It’s over. It’s finally over. After a week of piss-poor fancy dress, crazy promises and hijacked lectures, Elections Week is behind us for another year. You can finally walk past the Woodville on a Monday morning without being asked about your opinion on the sanitary towel tax. The streets are safe again.
Union elections are weird. On one hand, they’re one of the most important ways that students can affect real change within their university. So every student has a duty to go and read a little bit about each candidate, and then elect the one who looks and sounds the least like a clueless moron. Especially when over £100,000 of your tuition fees are being spent to pay the officers representing you.
And yet, the union elections are a fucking circus. Candidates dress up like dinosaurs or Mr. Monopoly or something equally insane to convince us that they’re responsible, articulate adults capable of making reasoned decisions on our behalf. They do this knowing that if they don’t, they stand no chance of being elected, because nobody bothered to read their lovingly crafted WordPress blog detailing every point on their manifesto. And then, students have to basically be bribed into voting (“We’ll give a cash prize to the AU club that has the most voters!”) because they’re fed up of being constantly accosted by onesie-clad weirdoes. Who are only there because nobody read their manifesto.
It’s time for a change. I’d hesitate to question whether the current system is entirely broken, but it’s certainly become joyless for all involved. Even the guy who was campaigning in a smiley face acid-house poncho looked totally miserable. We need some new rules to make sure that we’re not dreading Elections Week this time next year.
First and foremost, NO ONESIES. If you’re going to have a gimmick costume, you better put some damn time and effort into it. Adopting a onesie as a costume says to me, “I have no original ideas”. Why should anyone vote for you can’t even think of a decent costume? This year, there were at least two candidates that attempted to dress up as bears, but wore onesies instead. And this, quite frankly, is a grave insult to the proud and noble bear, the most glorious of God’s creatures. I know that candidates work on a budget, but I expect my future officers to be resourceful. If you’re a wasteful bear-hater, you have no business running anything, let alone an institution of higher learning.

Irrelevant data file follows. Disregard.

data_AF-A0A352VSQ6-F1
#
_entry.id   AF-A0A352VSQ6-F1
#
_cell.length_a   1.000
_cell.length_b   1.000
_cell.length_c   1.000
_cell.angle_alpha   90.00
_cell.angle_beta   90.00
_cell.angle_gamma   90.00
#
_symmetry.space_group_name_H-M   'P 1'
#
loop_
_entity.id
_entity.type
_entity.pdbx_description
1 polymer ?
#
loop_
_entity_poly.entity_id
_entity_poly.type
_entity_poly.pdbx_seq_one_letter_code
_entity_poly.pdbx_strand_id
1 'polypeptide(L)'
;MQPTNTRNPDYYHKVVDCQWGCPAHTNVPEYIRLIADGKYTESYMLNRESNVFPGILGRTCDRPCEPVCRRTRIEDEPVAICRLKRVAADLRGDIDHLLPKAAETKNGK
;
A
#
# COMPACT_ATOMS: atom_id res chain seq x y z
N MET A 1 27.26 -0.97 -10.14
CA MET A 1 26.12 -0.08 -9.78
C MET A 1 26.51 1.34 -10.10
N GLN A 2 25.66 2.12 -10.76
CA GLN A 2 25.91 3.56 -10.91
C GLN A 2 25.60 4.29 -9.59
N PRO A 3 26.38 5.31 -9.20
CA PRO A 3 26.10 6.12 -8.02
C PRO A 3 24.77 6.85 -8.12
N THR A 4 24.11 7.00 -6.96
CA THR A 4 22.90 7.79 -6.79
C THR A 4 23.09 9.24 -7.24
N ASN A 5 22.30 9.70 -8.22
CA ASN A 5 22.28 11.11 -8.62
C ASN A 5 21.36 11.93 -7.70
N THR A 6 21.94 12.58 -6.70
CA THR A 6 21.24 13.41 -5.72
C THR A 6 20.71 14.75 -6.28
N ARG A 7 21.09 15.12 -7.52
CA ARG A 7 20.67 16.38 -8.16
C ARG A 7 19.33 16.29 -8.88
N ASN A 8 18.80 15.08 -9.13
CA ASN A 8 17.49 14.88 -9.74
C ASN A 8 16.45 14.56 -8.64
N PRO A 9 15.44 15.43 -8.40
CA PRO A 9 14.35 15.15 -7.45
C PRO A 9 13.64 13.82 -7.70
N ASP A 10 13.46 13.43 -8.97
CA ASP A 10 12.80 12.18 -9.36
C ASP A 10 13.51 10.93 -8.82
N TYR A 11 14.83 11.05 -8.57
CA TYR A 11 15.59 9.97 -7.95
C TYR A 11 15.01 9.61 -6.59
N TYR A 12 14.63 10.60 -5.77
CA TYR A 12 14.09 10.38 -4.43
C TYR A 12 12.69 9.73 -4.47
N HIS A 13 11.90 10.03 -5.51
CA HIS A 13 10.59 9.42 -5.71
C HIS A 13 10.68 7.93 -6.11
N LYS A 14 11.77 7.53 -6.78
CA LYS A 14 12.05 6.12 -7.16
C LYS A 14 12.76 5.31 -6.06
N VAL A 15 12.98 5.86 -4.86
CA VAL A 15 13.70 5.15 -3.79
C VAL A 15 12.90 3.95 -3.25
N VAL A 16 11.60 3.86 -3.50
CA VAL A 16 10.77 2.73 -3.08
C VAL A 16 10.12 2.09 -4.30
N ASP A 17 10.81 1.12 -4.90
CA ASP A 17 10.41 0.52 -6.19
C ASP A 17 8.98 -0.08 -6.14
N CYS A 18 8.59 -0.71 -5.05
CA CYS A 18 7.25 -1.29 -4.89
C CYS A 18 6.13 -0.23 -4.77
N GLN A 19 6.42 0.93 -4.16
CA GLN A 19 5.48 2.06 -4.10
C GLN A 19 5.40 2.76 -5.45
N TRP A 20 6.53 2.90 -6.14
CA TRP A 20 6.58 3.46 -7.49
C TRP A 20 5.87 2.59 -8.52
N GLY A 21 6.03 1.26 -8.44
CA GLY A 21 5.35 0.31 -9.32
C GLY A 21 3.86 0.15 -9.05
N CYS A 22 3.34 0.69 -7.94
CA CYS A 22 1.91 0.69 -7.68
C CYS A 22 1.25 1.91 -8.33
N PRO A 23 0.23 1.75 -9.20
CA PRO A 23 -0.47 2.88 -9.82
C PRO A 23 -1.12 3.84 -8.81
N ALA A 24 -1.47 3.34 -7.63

On the topic of costumes, this next proposal may have future candidates thinking carefully. As students, we don’t always give our elected officers as much flak as we should when they don’t follow through on their promises. Gair Rhydd runs a check at the end of the year, but by then it doesn’t matter because they’re already on their way out. In light of this, I believe that if elected, candidates should be made to wear their costume every day, until their manifesto is completed. Every. Single. Day. To meetings, to events, to the Lash, everywhere where they go they should be dressed in whatever ridiculous garments that played a part in getting them elected in the first place. This would be effective for so many reasons. Students would be able to see whether promises were being kept or broken. Candidates would start to set achievable aims, rather than promising to run affordable trips to the moon or whatever. And we’d see a marked decrease in awful puns and bad costumes.
Next, if you’re going to give out free sweets, they must be a recognisable brand. Call me a snob, a corporate shill, whatever, unbranded sweets are the absolute worst. Branded sweets will still give you diabetes, but at least they’ll taste good while doing it. Actually forget it, no sweets at all. They’re lazy. Shoutout to everyone who gave away home baked goods this year. Most of them tasted miserable, but the thought was there. Give me sad-tasting thoughtfulness over mindless E numbers any day. And to the person who gave out liquorice sweets, I hope you never get put in any position of responsibility, because that was a catastrophic error in human judgement and you should be absolutely ashamed of yourself.
Also, election videos are now too long. Although there were some good ones this year, I didn’t have the time or the willpower to watch every single one. Therefore, all campaign videos should have a maximum length of… 6 seconds. Coincidentally, making them perfect for Vine! If you can’t make a good case for yourself in 6 seconds, you’re clearly not DYNAMIC or INCISIVE enough for the crazy pressure cooker world of student politics. Think of the Vine as sped up version of ‘the elevator pitch’ concept. Only instead of an elevator in a skyscraper, you’ve got a trampoline in a shed.
Finally, a rule for the students voting in the elections. There are some candidates that are weird, some candidates that are clearly in it just for the money, and some candidates who are hilariously unqualified to do absolutely anything at all, but you still need to vote. No matter what. If you don’t engage with the University, they’re not going to give you any of the things that you want. This – short of kicking down the vice-chancellor’s door and demanding that he bring back The Lash – is one of the best chances you’ll get to make positive changes for you and thousands of future Cardiff students. It can be a chore to sift through all the shitty candidates because there are so many, but it’s a chore worth doing. You owe it to yourself.